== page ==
Life is full of obstacle illusions.
Having spent his adult life as a family man tied down to his forestry job, my retired husband harbored a pent-up desire for travel that seemed to peak during my fitness efforts. At the risk of sounding paranoid, I wondered if at some level he was testing me to see if he could bring back his party-girl wife! After all, he said, it wasn't nearly as much fun for him to eat and drink alone, especially when I sat across the table from him being so pure and wholesome.
When he proposed a vacation on the Mendocino coast, I had no reason to decline—that is, except for not knowing if I could maintain my regimen while traveling. But after all, I asked myself, what good is a fitness regimen if it won't travel?
I would need a plan of attack. I could take the scale—now my very best friend instead of my enemy—to weigh myself. If we were flying, I could walk briskly during the preboarding time to log a few exercise minutes. But since we were driving, I'd need to get up early and exercise before we left.
Even more worrisome was dining out. My husband likes fancy places with cocktails, tempting entrées, and lovely desserts, and his choice of restaurants in Mendocino would be no exception. While I watched him enjoy his favorites, I would be forced to remain focused on my own goals.
But I am very stubborn. The more difficult the challenge, the more determined I become. I began thinking about the advantages of eating out and ways I could cope. At least I couldn't walk into the restaurant kitchen and help myself to seconds as I could at home! When ordering, I could get food prepared exactly as I liked, and I could choose what I wanted to eat. I could control portions by ordering appetizers instead of an entrée. I could package food up and take it back to our motel room. And I wouldn't have to spend hours in the kitchen surrounded by temptations.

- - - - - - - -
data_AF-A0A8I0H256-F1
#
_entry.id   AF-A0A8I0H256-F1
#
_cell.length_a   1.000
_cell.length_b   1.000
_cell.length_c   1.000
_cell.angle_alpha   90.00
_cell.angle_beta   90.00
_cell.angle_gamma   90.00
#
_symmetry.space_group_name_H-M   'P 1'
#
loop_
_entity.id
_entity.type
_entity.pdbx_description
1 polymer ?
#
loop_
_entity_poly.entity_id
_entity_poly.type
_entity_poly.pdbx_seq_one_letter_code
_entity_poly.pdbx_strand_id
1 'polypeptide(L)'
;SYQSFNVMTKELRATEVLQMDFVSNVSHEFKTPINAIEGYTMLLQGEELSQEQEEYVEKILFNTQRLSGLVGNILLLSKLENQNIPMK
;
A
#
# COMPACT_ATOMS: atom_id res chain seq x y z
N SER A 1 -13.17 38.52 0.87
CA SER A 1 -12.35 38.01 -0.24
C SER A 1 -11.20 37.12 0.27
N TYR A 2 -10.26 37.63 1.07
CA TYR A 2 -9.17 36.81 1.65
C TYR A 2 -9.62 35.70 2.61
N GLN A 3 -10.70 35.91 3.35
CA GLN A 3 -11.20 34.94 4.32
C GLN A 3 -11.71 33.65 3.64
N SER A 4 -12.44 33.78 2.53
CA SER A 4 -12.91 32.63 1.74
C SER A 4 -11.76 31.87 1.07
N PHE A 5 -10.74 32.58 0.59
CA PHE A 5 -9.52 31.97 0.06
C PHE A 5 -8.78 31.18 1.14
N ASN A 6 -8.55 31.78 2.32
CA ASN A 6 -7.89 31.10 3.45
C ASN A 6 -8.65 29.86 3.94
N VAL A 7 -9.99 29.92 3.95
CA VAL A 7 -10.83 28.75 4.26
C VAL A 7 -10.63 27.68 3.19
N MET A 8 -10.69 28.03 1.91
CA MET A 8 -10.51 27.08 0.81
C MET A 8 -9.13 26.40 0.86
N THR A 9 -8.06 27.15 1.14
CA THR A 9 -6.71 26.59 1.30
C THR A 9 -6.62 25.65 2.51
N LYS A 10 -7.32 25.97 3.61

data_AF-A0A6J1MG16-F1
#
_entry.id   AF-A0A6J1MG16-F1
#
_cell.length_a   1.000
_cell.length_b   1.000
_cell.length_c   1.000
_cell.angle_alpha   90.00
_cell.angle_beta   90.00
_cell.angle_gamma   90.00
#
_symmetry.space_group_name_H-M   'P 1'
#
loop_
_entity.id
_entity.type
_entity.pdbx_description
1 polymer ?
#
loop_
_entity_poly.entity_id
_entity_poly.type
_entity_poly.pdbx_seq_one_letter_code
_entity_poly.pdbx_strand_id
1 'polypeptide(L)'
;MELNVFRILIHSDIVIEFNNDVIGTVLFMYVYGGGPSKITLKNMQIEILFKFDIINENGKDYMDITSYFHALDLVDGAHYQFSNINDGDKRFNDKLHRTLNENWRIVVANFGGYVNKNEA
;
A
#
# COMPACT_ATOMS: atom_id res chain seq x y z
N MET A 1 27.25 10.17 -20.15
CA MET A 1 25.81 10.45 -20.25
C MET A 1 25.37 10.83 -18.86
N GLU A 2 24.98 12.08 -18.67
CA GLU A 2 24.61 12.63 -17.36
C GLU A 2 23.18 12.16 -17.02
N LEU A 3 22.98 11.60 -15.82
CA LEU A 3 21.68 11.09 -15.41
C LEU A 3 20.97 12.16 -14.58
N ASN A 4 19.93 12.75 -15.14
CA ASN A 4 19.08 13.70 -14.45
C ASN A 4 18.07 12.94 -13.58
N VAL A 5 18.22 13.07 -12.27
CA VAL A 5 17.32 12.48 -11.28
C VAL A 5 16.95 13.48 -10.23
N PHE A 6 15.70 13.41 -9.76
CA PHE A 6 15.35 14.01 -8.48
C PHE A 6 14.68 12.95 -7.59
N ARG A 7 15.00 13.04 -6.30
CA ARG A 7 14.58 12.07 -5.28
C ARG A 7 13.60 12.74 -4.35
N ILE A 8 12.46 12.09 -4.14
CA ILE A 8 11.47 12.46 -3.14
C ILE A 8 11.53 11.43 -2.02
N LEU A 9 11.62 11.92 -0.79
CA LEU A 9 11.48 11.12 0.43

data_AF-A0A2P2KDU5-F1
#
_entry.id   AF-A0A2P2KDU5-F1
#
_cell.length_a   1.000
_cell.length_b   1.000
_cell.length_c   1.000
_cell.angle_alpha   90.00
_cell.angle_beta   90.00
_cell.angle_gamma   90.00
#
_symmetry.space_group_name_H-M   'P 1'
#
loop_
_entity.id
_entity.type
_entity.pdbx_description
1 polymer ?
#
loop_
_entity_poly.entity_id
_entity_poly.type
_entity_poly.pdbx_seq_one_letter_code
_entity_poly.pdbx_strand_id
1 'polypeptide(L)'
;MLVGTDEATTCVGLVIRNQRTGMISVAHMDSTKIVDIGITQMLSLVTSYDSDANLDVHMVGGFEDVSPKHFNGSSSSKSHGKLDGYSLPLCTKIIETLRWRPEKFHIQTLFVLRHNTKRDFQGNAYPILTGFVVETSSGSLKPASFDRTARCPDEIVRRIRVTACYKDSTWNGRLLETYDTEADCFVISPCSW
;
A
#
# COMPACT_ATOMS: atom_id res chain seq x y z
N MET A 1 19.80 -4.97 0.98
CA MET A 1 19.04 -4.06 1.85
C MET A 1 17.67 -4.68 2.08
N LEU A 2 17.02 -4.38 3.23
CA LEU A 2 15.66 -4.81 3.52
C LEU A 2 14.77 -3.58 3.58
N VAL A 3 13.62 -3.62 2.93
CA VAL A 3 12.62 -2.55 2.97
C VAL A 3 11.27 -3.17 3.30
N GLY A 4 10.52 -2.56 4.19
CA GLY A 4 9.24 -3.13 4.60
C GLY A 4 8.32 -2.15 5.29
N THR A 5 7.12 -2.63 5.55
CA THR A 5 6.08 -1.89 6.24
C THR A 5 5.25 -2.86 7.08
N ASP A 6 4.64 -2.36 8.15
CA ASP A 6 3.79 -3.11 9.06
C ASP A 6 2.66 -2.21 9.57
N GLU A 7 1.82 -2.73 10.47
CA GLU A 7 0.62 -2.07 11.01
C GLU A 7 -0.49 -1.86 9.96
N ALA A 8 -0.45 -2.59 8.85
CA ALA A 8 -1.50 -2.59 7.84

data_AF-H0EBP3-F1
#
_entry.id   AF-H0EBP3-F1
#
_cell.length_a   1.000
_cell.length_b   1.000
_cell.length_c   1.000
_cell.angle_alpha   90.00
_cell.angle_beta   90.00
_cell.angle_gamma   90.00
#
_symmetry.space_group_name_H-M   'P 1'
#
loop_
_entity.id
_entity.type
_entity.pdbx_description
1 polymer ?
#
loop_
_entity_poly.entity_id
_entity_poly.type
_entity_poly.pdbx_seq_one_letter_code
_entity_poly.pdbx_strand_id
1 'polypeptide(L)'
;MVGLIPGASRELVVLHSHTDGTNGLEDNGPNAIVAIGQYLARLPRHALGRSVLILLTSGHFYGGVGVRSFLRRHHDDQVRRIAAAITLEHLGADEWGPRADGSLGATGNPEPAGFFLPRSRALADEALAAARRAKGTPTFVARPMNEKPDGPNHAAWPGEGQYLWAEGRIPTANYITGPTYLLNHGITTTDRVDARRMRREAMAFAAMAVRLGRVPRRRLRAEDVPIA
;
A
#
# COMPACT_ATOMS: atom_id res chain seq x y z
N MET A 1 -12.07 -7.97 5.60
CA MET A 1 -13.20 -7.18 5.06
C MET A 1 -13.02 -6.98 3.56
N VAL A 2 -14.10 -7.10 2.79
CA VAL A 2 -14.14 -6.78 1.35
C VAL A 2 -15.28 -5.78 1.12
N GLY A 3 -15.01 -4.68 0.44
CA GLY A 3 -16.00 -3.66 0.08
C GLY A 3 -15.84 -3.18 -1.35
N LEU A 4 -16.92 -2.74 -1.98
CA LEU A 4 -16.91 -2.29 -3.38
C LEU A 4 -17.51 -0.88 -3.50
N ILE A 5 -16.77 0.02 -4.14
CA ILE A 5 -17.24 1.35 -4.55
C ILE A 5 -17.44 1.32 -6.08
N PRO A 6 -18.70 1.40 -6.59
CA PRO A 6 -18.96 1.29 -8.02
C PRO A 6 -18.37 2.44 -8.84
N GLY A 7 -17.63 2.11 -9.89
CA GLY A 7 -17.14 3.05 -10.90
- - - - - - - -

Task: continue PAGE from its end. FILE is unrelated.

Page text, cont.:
For exercise, I'd have to be flexible. Because I was keeping up with my classmates in my Body Pump class, I began to think of myself as a jock, a real athlete. I could easily walk three to four miles, more if necessary. I would look for a place to walk along the ocean each day.
Red Alert—Medical Emergency Intervenes
A few days before we left for our trip to the coast, I scared myself and my husband badly. Four months earlier I'd been put on a beta-blocker to silence an unusual heart sound. Although I'd once casually mentioned to my cardiologist that I was losing weight, I hadn't told him how much or over what period of time.
As I was getting ready for bed that night, I passed out cold in the bathroom. I bruised my shoulder and hip on a tile step when I fell. Dick heard the crash. I didn't—I was unconscious from the moment I went down. When I returned to awareness, I tried to get up and walk to the bedroom. I passed out again. I finally crawled on all fours to the bedroom and climbed into bed.
After I passed out again, Dick insisted on taking me to the local emergency room. From my pulse, blood pressure, heart rate, and other tests plus some astute questioning, the emergency room doctor eventually figured out that the beta-blocker prescription was too strong for my current size and weight. Losing weight and exercising had significantly reduced my formerly high blood pressure. Because of the medication, my blood pressure was now too low, and that was why I was passing out.
I had learned a hard and expensive lesson about how important it is to have medical supervision. My doctor needed to be my adviser on my fitness journey. I'd used other resources and collected companions of all sorts along the way—but never thought to include my doctor. Once again I realized that all of us are dependent upon each other for our well-being.
Dick and I left on time for our Mendocino vacation, grateful that the medical emergency was a fading memory.
Next: Carole learns that nothing tastes as good as being thinner feels.